Such changes would indeed be radical. Had they been in place during the Clinton years, the impeachment would never have happened, because it grew out of a civil lawsuit by Paula Jones, and President Clinton’s perjury therein. Were they in place now, Stormy Daniels’ lawsuit against Trump (as well as many others) would be stalled for years, and any criminal actions uncovered by the Mueller investigation would go unprosecuted until Trump leaves office.
They are, however, proposals for what the law should be – not descriptions of what Kavanaugh thinks law is.
Kavanaugh did not dispute the unanimous Supreme Court decision that, under the Constitution, presidents are not immune from civil prosecution, and are almost certainly not immune from criminal prosecution. Rather, he was proposing a statutory change to make them so – precisely because they are not now.
The proposal is also based on experience. Interestingly, Kavanaugh reflected on his own time on the prosecutor side of the court and wrote, “Looking back to the late 1990s, for example, the nation certainly would have been better off if President Clinton could have focused on Osama bin Laden without being distracted by the Paula Jones sexual harassment case and its criminal investigation offshoots.”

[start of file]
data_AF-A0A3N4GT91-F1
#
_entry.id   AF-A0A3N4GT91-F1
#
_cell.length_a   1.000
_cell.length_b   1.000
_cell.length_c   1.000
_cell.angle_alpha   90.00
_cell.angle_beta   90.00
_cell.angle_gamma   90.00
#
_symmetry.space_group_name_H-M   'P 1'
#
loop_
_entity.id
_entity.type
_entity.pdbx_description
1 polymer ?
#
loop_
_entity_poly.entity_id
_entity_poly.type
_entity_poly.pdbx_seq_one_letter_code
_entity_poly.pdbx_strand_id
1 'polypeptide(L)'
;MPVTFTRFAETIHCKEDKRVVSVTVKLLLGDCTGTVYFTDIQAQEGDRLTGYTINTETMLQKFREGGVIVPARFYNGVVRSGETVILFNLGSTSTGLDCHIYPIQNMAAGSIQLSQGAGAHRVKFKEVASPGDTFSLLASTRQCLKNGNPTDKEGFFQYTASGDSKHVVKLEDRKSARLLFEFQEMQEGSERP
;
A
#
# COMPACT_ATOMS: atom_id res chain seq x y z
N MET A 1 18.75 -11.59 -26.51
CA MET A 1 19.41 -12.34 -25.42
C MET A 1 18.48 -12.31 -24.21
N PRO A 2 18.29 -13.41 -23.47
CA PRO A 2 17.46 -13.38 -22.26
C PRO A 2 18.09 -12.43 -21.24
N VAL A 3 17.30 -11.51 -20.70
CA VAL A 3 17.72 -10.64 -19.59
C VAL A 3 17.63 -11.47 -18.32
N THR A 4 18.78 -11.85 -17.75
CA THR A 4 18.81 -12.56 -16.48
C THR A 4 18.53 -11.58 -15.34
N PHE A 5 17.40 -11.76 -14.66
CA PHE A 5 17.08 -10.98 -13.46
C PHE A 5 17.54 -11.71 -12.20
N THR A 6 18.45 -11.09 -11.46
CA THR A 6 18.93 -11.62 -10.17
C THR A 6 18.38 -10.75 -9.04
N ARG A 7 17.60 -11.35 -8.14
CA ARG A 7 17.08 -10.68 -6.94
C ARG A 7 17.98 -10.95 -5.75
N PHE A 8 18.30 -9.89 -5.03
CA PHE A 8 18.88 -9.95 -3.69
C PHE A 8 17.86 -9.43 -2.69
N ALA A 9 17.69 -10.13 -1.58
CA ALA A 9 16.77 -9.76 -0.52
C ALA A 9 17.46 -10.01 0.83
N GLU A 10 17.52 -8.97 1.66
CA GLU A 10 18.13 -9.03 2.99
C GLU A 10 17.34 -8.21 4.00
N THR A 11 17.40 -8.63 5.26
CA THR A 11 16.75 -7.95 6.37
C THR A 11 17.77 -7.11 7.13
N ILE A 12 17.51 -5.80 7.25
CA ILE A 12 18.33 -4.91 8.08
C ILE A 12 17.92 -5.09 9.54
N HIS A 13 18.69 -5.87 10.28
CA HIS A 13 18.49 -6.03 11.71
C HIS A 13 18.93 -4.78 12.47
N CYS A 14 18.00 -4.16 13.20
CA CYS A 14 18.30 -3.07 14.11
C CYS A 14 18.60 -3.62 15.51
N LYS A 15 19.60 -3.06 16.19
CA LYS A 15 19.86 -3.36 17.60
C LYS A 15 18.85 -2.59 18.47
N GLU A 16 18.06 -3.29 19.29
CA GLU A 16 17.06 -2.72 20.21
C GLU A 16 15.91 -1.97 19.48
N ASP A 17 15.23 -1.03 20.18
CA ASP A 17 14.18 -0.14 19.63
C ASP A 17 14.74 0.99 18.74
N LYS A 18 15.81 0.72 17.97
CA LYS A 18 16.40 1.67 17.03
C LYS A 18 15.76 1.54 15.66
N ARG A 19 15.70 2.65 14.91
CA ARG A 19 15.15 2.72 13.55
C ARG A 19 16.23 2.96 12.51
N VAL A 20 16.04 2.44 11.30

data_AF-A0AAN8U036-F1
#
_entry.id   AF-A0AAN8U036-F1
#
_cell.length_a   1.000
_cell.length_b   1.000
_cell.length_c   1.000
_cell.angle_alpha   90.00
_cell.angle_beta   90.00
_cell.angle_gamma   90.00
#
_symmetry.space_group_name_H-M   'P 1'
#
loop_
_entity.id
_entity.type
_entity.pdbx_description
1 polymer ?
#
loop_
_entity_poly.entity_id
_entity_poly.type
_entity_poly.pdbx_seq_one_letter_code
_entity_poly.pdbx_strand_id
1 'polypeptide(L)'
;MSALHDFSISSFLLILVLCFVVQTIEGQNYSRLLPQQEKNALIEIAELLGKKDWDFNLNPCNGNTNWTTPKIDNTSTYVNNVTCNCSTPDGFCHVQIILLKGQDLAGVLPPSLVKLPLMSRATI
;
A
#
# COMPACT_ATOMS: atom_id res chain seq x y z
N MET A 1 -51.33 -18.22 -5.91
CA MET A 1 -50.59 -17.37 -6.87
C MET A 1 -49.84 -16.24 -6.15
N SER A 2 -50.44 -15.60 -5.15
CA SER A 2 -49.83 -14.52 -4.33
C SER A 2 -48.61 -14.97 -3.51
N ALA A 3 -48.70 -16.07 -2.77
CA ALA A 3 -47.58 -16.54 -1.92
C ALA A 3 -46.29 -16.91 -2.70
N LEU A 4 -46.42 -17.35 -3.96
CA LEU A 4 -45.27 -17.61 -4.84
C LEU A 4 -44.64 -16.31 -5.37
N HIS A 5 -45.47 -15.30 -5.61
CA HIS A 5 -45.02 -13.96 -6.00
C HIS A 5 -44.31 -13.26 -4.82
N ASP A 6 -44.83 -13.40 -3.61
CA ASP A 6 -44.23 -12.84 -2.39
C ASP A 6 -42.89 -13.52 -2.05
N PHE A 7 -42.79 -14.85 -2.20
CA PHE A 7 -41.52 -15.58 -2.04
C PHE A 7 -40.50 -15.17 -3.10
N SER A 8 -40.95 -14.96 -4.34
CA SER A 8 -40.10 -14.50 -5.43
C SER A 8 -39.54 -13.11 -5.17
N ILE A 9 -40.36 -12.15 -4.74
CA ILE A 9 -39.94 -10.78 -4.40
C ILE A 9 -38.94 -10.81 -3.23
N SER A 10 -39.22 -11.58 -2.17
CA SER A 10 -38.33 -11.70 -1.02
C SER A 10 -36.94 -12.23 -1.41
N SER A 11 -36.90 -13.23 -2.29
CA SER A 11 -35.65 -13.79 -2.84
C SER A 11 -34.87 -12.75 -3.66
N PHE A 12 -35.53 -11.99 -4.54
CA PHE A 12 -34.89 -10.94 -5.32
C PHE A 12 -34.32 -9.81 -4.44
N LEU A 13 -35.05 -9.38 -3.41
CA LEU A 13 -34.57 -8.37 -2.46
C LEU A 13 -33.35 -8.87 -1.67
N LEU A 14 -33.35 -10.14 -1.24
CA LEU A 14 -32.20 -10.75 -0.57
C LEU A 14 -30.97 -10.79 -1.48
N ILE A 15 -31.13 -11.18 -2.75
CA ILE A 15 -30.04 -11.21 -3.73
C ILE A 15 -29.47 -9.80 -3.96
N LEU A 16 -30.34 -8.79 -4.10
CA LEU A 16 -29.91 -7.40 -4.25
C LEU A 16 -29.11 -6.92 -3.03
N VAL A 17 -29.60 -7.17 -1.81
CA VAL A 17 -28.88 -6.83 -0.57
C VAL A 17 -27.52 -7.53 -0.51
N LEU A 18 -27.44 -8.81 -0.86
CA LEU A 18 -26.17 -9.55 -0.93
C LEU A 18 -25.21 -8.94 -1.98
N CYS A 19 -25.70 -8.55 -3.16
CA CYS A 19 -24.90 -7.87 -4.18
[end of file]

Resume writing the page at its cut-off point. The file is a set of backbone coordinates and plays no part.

Moreover, Kavanaugh continues, “like civil suits, criminal investigations take the President’s focus away from his or her responsibilities to the people. And a President who is concerned about an ongoing criminal investigation is almost inevitably going to do a worse job as President.”
Nothing that criminal investigations harm governance is not to promote an “imperial presidency” or to place the president “above the law.” It is to shift the balance somewhat between legal accountability and the presidential role.
Moreover, Kavanaugh notes, the impeachment process is the constitutionally provided means of holding presidents accountable. This is the very opposite of an “imperial presidency”; it is a proposal that Congress make use of the impeachment process when a president has committed criminal acts.
In sum, Kavanaugh’s 2009 article proposes theoretical solutions to the net of problems (which observers from across the political spectrum agree on) with the current regime of presidential accountability for criminal actions. It does contain radical ideas, but the radicalism of temporary immunity is balanced by the recourse to impeachment.
When you place Kavanaugh’s statements from 1998 and 2009 next to Trump attorney Rudy Giuliani’s claims that Trump does not have to comply with subpoenas and has all manner of privilege, it is clear that the latter will not play well with Justice Kavanaugh. Large assertions of privilege are unlikely to be entertained. And Kavanaugh is concerned about criminal investigations precisely because he understands them to be burdensome.
If Trump finds himself in the Supreme Court over the Russia investigation, nominating Justice Kavanaugh may well end up being the decision Trump regrets the most.